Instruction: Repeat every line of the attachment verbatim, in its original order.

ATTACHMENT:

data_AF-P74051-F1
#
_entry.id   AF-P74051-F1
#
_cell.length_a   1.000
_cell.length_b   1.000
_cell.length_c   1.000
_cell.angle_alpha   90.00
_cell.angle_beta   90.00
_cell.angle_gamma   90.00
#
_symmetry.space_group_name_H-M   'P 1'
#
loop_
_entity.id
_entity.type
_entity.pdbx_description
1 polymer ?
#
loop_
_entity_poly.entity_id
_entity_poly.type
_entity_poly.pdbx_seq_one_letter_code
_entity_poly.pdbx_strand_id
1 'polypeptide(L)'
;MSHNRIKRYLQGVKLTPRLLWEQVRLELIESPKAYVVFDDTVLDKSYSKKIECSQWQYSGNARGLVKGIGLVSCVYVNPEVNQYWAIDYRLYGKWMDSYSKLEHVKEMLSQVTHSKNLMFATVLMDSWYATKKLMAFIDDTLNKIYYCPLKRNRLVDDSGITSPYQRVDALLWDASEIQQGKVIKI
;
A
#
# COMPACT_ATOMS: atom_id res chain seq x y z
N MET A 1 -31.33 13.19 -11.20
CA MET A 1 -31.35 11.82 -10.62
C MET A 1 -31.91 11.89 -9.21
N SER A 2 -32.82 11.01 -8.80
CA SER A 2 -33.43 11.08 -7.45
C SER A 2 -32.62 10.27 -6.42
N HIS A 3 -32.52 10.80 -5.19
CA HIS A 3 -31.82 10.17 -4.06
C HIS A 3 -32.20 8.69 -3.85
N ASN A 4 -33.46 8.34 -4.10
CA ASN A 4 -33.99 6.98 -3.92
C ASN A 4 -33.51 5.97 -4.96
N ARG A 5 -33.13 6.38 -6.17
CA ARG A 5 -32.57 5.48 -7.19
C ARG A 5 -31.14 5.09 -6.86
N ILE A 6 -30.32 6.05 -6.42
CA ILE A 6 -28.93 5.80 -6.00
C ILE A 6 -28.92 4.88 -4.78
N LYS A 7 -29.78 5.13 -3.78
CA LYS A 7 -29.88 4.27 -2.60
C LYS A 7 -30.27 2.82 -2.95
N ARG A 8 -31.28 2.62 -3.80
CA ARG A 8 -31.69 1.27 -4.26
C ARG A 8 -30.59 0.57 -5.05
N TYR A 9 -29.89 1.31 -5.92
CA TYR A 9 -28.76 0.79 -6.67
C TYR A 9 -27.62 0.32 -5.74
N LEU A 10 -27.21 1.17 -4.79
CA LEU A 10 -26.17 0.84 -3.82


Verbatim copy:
data_AF-P74051-F1
#
_entry.id   AF-P74051-F1
#
_cell.length_a   1.000
_cell.length_b   1.000
_cell.length_c   1.000
_cell.angle_alpha   90.00
_cell.angle_beta   90.00
_cell.angle_gamma   90.00
#
_symmetry.space_group_name_H-M   'P 1'
#
loop_
_entity.id
_entity.type
_entity.pdbx_description
1 polymer ?
#
loop_
_entity_poly.entity_id
_entity_poly.type
_entity_poly.pdbx_seq_one_letter_code
_entity_poly.pdbx_strand_id
1 'polypeptide(L)'
;MSHNRIKRYLQGVKLTPRLLWEQVRLELIESPKAYVVFDDTVLDKSYSKKIECSQWQYSGNARGLVKGIGLVSCVYVNPEVNQYWAIDYRLYGKWMDSYSKLEHVKEMLSQVTHSKNLMFATVLMDSWYATKKLMAFIDDTLNKIYYCPLKRNRLVDDSGITSPYQRVDALLWDASEIQQGKVIKI
;
A
#
# COMPACT_ATOMS: atom_id res chain seq x y z
N MET A 1 -31.33 13.19 -11.20
CA MET A 1 -31.35 11.82 -10.62
C MET A 1 -31.91 11.89 -9.21
N SER A 2 -32.82 11.01 -8.80
CA SER A 2 -33.43 11.08 -7.45
C SER A 2 -32.62 10.27 -6.42
N HIS A 3 -32.52 10.80 -5.19
CA HIS A 3 -31.82 10.17 -4.06
C HIS A 3 -32.20 8.69 -3.85
N ASN A 4 -33.46 8.34 -4.10
CA ASN A 4 -33.99 6.98 -3.92
C ASN A 4 -33.51 5.97 -4.96
N ARG A 5 -33.13 6.38 -6.17
CA ARG A 5 -32.57 5.48 -7.19
C ARG A 5 -31.14 5.09 -6.86
N ILE A 6 -30.32 6.05 -6.42
CA ILE A 6 -28.93 5.80 -6.00
C ILE A 6 -28.92 4.88 -4.78
N LYS A 7 -29.78 5.13 -3.78
CA LYS A 7 -29.88 4.27 -2.60
C LYS A 7 -30.27 2.82 -2.95
N ARG A 8 -31.28 2.62 -3.80
CA ARG A 8 -31.69 1.27 -4.26
C ARG A 8 -30.59 0.57 -5.05
N TYR A 9 -29.89 1.31 -5.92
CA TYR A 9 -28.76 0.79 -6.67
C TYR A 9 -27.62 0.32 -5.74
N LEU A 10 -27.21 1.17 -4.79
CA LEU A 10 -26.17 0.84 -3.82